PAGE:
Do you have intrusive thoughts? That nagging fear you left the stove on is just terrifying
Is it normal?
You're commuting to work or class when you're suddenly struck with the vision of stepping into oncoming traffic. Or maybe you're paralyzed in fear at the thought you've left the stove on and your apartment is going to burst into flames. Those are both intrusive thoughts. "They're ideas, images, doubts or impulses that the person doesn't call up voluntarily," according to U.S. News and World Report.
Are they normal?
You don't need to be super worried about that one time you imagined dropping the baby you were holding. Intrusive thoughts are totally scary, but normal. They might strike when you're adjusting to a new stress in your life, like holding that newborn or starting a new job.
Intrusive thoughts can sometimes be "triggered" by a related image that you see. So if you're walking up the stairs, it's not crazy for you to suddenly imagine throwing yourself down the stairwell.
"Almost everyone has these kinds of thoughts. They're normal, and they're a part of being human," Adam Radomsky, director of the Center for Clinical Research in Health at Concordia University told WebMD. He along with his colleagues conducted a study and surveyed 777 students in 13 countries. The survey asked if they had had an intrusive thought in the past three months and nearly 94 percent said they had. So you're far from alone.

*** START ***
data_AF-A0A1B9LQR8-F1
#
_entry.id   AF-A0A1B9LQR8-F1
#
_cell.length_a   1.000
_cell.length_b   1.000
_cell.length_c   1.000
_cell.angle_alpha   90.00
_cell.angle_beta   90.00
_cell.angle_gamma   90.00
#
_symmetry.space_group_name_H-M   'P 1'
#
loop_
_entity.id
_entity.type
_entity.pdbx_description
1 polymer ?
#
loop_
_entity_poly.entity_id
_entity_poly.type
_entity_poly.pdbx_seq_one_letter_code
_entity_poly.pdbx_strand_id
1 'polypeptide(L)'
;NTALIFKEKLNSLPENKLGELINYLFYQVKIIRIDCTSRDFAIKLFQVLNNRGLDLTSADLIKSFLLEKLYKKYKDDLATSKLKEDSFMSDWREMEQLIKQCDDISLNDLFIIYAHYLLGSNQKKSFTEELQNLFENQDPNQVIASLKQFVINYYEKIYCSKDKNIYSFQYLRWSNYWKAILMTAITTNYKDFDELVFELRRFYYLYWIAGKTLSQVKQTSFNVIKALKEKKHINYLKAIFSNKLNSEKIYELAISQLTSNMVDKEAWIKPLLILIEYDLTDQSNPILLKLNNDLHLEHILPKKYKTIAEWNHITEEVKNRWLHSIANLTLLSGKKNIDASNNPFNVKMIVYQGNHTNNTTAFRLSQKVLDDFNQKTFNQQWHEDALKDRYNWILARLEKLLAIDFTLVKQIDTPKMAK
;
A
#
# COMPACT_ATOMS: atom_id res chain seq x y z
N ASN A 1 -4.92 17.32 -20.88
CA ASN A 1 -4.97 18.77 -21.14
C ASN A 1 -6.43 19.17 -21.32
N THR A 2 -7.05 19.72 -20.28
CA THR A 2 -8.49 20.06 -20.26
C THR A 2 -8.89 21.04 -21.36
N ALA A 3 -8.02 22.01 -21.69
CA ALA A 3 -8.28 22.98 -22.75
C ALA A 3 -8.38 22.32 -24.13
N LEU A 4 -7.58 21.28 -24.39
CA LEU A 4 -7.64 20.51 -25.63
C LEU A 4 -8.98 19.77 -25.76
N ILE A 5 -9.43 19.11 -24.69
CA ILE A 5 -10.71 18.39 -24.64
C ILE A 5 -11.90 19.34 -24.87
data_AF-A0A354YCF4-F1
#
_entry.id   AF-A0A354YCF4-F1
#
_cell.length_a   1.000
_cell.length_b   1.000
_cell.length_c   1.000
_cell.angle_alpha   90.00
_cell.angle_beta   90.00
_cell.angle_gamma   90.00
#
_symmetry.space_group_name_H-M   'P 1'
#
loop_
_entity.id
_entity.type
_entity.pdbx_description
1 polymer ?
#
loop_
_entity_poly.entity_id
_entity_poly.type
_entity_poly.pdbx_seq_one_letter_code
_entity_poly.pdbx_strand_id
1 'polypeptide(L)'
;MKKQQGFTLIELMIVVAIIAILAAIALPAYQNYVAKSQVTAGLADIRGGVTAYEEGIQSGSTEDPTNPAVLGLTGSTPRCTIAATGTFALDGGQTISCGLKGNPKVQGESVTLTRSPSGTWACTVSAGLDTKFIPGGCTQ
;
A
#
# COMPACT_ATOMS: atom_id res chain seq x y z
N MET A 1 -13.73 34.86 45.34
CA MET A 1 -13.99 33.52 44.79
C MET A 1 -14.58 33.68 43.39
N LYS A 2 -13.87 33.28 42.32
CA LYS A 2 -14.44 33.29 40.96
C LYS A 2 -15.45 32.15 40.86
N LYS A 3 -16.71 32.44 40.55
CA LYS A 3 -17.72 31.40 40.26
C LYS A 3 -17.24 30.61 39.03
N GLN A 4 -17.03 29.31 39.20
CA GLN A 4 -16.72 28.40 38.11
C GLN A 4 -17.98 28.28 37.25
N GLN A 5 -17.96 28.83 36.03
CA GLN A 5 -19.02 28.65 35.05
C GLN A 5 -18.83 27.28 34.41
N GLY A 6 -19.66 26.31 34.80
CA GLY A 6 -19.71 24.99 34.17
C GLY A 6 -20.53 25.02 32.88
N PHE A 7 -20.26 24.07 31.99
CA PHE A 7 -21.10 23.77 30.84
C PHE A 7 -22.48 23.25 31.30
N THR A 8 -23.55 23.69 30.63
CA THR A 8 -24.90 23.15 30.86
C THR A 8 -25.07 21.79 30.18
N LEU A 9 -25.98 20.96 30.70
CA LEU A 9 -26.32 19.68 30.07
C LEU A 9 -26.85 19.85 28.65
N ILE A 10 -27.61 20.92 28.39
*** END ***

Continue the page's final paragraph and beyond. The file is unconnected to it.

When does it become a problem?
You'll occasionally have a scary thought that will totally give you the chills, but it's all about how you deal with it. If you brush off the moment as wrong or weird, then you handled that intrusive thought well. Just continue about your day and try not to let it bother you too much.
Intrusive thoughts actually become a problem the harder you fight them. If you start avoid what that triggered the initial thought, that could turn into a problem. Essentially the more you try not to think about something, the more likely it is that it will pop up in your head.
"For some people they feel that they need to manage them or do something about them," Norman B. Schmidt, research professor of psychology at Florida State University explained to U.S. News and World Report. "Unfortunately, this often gets them caught up into a vicious cycle where the 'management' of the thoughts leads to more thoughts."
Intrusive thoughts are common in people struggling with OCD or Obsessive Compulsive Disorder. Someone might feel the need to alter their routine or behavior to avoid the thought or using rituals to combat the bad thing from happening in real life. For example, if you're so worried about leaving the stove on that you have to check it repeatedly, then that could be a symptom of OCD.